In Tools of Titans, Derek Silvers talked with Tim Ferriss about his experience riding his bike (190). He would ride his bike on this path that was by the ocean every day. He’d pedal as hard as he could and then turn around and rush back and it always took him 43 minutes. But after a while, he started to hate his ride–which wasn’t what he wanted. So, he decided to just enjoy his ride. He watched the seagulls and other ocean life. He paused when he got to his turn around point. He enjoyed his ride back. And then he checked the time and discovered it only took him 45 minutes.

We live in a society where it’s acceptable and expected to rush, but are we really accomplishing that much with all our rushing? Does all our technology really add that much time to our lives?

I’ve definitely found that I’m more productive when I’m calm vs. rushing. I’m also finding that being phone-less has forced me to  be more intentional about what information I’m looking up. I’ve gotten so used to having the internet at my fingertips. But now, sharing one computer between the four of us, I have to weigh whether it’s really worth it or not to remember to look something up later and take the time to do it.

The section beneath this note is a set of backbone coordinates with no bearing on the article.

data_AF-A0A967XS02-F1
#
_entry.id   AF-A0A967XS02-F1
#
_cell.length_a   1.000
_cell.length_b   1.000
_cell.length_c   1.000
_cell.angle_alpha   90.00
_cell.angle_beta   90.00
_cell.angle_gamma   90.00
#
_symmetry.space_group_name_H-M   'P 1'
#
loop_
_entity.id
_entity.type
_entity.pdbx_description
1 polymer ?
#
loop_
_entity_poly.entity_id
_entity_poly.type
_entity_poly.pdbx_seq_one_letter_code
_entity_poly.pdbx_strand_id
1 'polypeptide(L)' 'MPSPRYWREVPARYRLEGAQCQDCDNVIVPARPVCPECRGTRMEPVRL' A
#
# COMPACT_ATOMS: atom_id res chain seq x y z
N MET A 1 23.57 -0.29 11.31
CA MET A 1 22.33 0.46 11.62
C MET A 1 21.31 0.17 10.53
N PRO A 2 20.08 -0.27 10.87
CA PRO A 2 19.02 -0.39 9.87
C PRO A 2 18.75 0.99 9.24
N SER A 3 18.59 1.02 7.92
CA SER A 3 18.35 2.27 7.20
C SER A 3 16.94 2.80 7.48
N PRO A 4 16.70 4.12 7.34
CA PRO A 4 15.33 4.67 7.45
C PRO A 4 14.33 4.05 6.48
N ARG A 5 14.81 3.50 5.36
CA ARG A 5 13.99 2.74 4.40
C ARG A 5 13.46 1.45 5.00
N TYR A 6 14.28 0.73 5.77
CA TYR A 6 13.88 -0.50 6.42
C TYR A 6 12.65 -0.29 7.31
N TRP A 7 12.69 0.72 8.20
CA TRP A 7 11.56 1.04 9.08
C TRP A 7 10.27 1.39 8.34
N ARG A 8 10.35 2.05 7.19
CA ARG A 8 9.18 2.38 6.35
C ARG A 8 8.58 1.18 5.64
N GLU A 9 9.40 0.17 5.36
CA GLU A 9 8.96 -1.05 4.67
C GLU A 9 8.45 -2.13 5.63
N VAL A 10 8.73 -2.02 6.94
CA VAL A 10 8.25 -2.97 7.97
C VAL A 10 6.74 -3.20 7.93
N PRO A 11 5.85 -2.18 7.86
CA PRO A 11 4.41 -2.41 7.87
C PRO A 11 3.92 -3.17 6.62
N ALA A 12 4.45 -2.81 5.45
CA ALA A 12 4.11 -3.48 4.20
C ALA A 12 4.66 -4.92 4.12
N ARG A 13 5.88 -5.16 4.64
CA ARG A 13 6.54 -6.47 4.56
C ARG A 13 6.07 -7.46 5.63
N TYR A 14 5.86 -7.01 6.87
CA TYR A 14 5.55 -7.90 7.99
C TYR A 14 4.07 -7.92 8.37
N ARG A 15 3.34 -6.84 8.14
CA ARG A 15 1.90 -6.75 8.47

I recently started Beth Moore’s study Entrusted: 2 Timothy. I’m really enjoying it! One thing that struck me about 2 Timothy 3:1-5 is that the world is going crazy and will only get crazier. It’s easy to get weighed down in the current insanity that’s politics in our country or all the “wars and rumors of wars” or the small stressors that are closer to home (like having to buy a new phone). But we’re called to stand (Eph. 6:13) in the middle of that–not to get sucked into the busy, rushing, crazy.